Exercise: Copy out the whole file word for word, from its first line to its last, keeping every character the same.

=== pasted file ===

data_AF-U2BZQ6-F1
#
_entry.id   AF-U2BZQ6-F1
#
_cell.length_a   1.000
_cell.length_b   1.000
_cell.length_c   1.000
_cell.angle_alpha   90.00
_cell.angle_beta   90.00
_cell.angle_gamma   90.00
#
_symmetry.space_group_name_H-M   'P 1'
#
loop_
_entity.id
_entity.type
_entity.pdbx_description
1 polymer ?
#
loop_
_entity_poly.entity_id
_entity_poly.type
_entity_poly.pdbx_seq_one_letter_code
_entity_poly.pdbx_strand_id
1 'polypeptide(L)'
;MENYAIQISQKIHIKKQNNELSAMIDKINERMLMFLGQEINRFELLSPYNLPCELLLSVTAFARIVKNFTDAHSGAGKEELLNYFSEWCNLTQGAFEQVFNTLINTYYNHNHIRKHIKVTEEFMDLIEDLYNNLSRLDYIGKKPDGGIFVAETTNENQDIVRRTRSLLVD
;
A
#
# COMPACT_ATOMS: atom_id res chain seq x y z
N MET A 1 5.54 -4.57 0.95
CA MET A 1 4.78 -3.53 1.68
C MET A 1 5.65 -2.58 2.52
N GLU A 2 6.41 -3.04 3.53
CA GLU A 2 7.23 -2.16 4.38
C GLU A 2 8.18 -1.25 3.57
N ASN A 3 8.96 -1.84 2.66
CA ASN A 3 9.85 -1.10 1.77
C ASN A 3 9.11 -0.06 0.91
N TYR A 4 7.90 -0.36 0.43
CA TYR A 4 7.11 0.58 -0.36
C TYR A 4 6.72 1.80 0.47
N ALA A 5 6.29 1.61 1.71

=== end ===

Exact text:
data_AF-U2BZQ6-F1
#
_entry.id   AF-U2BZQ6-F1
#
_cell.length_a   1.000
_cell.length_b   1.000
_cell.length_c   1.000
_cell.angle_alpha   90.00
_cell.angle_beta   90.00
_cell.angle_gamma   90.00
#
_symmetry.space_group_name_H-M   'P 1'
#
loop_
_entity.id
_entity.type
_entity.pdbx_description
1 polymer ?
#
loop_
_entity_poly.entity_id
_entity_poly.type
_entity_poly.pdbx_seq_one_letter_code
_entity_poly.pdbx_strand_id
1 'polypeptide(L)'
;MENYAIQISQKIHIKKQNNELSAMIDKINERMLMFLGQEINRFELLSPYNLPCELLLSVTAFARIVKNFTDAHSGAGKEELLNYFSEWCNLTQGAFEQVFNTLINTYYNHNHIRKHIKVTEEFMDLIEDLYNNLSRLDYIGKKPDGGIFVAETTNENQDIVRRTRSLLVD
;
A
#
# COMPACT_ATOMS: atom_id res chain seq x y z
N MET A 1 5.54 -4.57 0.95
CA MET A 1 4.78 -3.53 1.68
C MET A 1 5.65 -2.58 2.52
N GLU A 2 6.41 -3.04 3.53
CA GLU A 2 7.23 -2.16 4.38
C GLU A 2 8.18 -1.25 3.57
N ASN A 3 8.96 -1.84 2.66
CA ASN A 3 9.85 -1.10 1.77
C ASN A 3 9.11 -0.06 0.91
N TYR A 4 7.90 -0.36 0.43
CA TYR A 4 7.11 0.58 -0.36
C TYR A 4 6.72 1.80 0.47
N ALA A 5 6.29 1.61 1.71